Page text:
The Myth of Democracy by Ferdinand Lundberg (Carol Publishing Group/A Lyle Stuart Book: $11.95, 162 pages.)
If you ever have the good fortune to be seated next to Ferdinand Lundberg at a dinner party, you need not worry about making conversation. As we discover in "The Myth of Democracy," Lundberg is witty, articulate, opinionated, marvelously well-read and not the least bit shy about telling us exactly what he thinks about America and the mess we've made of it.
Lundberg, author of "The Rich and the Super-Rich," is a venerable controversialist and a veteran observer of American civilization whose credentials date back to the era of the New Deal. Here, he delivers a broadside that sums up his disillusionment with what passes for democracy in America.
"Contrary to what is widely taught in the schools of the United States and bruited about in the news media and expressions of politicians, the United States is not . . . a democracy," Lundberg insists. "In short, what is called American democracy is more facade than solid structure, something like a Russian Potemkin Village."
Lundberg reviews a parade of horribles in American politics and government: The ignorance and indifference of the American voter ("(T)he idea of citizens being fully informed about what the government is doing is merely another nonsensical notion"); the sterility of our political debate ("Bright ideas . . . are unusually shunned by both parties"); the dominance of lawyers in American government ("The American political system . . . has lawyers posted at every turn and could not function with a day without lawyers"); and the hollowness and mendacity of American politics ("A national election in the United States is never any more than pure theater").
Lundberg is a nonpartisan curmudgeon who is unimpressed by our so-called two-party system: "The way to gain votes, politicians have discovered, is to buy them indirectly through expensive tax-support programs . . . designed to produce . . . special support for all stragglers in the competitive battle of life," Lundberg writes.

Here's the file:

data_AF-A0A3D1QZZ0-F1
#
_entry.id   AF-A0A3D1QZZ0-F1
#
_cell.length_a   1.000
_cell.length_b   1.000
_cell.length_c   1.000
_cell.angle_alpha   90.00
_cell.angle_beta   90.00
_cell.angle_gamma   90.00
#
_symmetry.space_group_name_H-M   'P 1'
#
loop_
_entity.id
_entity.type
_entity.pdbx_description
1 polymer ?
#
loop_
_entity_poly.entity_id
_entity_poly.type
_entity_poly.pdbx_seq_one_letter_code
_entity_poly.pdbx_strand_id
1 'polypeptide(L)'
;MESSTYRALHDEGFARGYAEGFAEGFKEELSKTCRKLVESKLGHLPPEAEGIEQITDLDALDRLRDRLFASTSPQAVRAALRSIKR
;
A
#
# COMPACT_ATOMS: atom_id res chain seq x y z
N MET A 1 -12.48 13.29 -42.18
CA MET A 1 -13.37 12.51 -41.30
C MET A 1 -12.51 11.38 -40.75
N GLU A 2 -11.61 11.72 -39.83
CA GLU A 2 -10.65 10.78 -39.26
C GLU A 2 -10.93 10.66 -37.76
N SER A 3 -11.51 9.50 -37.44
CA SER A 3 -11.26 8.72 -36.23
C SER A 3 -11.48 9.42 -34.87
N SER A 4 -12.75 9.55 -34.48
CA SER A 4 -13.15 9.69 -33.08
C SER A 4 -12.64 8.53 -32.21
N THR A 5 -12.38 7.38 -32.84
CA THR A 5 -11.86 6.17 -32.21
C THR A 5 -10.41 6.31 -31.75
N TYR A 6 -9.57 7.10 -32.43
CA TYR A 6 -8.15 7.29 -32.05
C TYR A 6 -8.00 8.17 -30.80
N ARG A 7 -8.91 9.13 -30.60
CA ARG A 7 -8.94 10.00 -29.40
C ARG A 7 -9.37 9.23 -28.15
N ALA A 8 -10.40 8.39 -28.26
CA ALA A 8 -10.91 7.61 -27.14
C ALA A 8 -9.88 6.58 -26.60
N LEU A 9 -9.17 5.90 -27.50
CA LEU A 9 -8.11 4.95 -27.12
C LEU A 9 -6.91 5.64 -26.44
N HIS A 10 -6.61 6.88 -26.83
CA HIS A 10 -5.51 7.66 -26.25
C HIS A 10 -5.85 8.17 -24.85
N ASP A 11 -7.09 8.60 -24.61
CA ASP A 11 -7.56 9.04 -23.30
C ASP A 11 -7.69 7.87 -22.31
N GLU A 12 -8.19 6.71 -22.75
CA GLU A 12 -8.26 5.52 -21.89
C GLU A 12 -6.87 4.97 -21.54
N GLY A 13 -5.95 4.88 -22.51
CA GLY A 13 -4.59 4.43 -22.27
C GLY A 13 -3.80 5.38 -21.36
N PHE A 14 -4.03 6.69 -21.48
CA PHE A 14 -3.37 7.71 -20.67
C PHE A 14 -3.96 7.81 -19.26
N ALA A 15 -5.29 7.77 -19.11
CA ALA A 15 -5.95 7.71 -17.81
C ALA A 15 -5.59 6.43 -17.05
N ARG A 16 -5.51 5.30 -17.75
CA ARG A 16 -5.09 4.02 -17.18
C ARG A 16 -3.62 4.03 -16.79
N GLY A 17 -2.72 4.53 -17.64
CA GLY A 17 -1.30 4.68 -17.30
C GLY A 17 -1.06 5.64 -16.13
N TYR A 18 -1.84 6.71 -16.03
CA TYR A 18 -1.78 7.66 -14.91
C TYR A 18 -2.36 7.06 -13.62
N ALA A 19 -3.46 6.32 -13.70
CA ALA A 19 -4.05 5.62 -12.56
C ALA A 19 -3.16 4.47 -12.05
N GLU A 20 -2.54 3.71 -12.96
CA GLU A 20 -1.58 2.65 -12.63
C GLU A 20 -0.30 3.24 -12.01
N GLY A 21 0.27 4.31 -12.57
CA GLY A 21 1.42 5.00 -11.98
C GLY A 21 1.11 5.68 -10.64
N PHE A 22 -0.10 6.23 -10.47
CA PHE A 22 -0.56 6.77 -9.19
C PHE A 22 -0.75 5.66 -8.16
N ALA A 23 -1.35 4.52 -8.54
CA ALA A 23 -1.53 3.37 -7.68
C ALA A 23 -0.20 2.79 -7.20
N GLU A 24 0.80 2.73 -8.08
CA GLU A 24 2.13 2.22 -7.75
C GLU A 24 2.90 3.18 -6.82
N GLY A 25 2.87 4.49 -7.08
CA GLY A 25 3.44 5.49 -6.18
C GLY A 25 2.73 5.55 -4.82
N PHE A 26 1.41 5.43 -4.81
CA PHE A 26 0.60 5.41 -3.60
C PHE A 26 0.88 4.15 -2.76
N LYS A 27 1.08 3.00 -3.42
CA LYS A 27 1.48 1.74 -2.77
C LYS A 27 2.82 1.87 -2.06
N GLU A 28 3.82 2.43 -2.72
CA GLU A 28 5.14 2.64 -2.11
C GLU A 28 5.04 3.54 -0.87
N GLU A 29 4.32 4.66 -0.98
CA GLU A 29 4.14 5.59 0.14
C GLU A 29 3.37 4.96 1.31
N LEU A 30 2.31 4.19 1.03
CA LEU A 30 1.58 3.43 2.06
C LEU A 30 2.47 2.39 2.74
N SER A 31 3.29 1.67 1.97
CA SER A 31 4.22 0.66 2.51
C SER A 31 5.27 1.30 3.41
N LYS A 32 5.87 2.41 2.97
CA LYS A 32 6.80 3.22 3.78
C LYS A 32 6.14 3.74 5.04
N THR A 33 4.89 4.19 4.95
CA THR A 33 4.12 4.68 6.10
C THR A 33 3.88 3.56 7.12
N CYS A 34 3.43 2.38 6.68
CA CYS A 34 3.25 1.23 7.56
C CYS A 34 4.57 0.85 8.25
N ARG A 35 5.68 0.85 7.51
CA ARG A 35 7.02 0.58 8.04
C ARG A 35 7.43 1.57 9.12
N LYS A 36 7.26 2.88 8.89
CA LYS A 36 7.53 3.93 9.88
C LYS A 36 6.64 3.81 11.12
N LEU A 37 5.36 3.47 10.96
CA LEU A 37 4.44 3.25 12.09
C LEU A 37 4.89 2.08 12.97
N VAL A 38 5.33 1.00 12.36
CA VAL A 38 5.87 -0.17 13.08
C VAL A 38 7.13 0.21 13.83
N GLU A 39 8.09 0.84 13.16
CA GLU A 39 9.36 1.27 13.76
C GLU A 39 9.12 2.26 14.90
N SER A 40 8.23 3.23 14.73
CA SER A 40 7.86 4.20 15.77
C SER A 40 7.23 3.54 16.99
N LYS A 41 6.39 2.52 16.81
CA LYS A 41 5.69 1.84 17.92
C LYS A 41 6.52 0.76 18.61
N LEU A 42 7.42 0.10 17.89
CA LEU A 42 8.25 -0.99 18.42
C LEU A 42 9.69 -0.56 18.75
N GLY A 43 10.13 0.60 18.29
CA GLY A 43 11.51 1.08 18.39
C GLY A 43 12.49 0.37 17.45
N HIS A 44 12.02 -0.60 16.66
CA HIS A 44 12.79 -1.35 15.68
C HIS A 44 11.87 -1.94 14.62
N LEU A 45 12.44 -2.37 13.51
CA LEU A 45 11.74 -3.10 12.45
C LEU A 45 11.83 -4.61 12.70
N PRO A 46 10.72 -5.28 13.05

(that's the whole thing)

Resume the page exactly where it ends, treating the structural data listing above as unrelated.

Of course, there is a semantic trick at the heart of Lundberg's book--if we define democracy as the direct participation of the people in their own government, then there has been no real democracy in America since the Colonial Era. As soon as political power is delegated to the elected representatives who sit in the legislature or act as the chief executive, then--by definition--the form of government is a republic, not a democracy. Still, Lundberg is deeply disappointed in the day-to-day workings of the constitutional republic that governs the United States.
"There is no doubt that there is an infinitely greater amount of individual freedom under the Western governments than under the one-party dictatorships," Lundberg allows. "But . . . once constituted, (the) fundamental authority (of Western governments) is every bit as great as that of any dictatorship. . . . In other words, the ultimate order of a Western-type 'democratic' government is just as severe in its effect as the order of a Stalinist or Hitlerite government."
Lundberg seems to favor such rhetorical shockers in his otherwise elegant, well-reasoned prose. At one point, remarkably enough, he appears to argue that the atrocity propaganda spread by the Allies during World War I is what prompted the real atrocities of the Nazi era: "Germany was thoroughly calumniated by Allied propaganda (in the First World War)," he writes. "Here the ground was being prepared for Hitler, whose forces actually committed unspeakable deeds of frightfulness in the knowledge that they would be falsely accused even if they behaved impeccably."
"The Myth of Democracy" does not call for revolution, or even fundamental reform. ("It is not my task to show ways of dealing with the problems touched on," Lundberg demurs.) Rather, the author is content to seize us by the shoulders, shake us hard, and leave us with plenty to think about. Lundberg is a pamphleteer in the oldest traditions of democracy--and even if he is sometimes annoying or aggravating, he does us the favor of reminding us that the greatest threat to democracy is ignorance and indifference.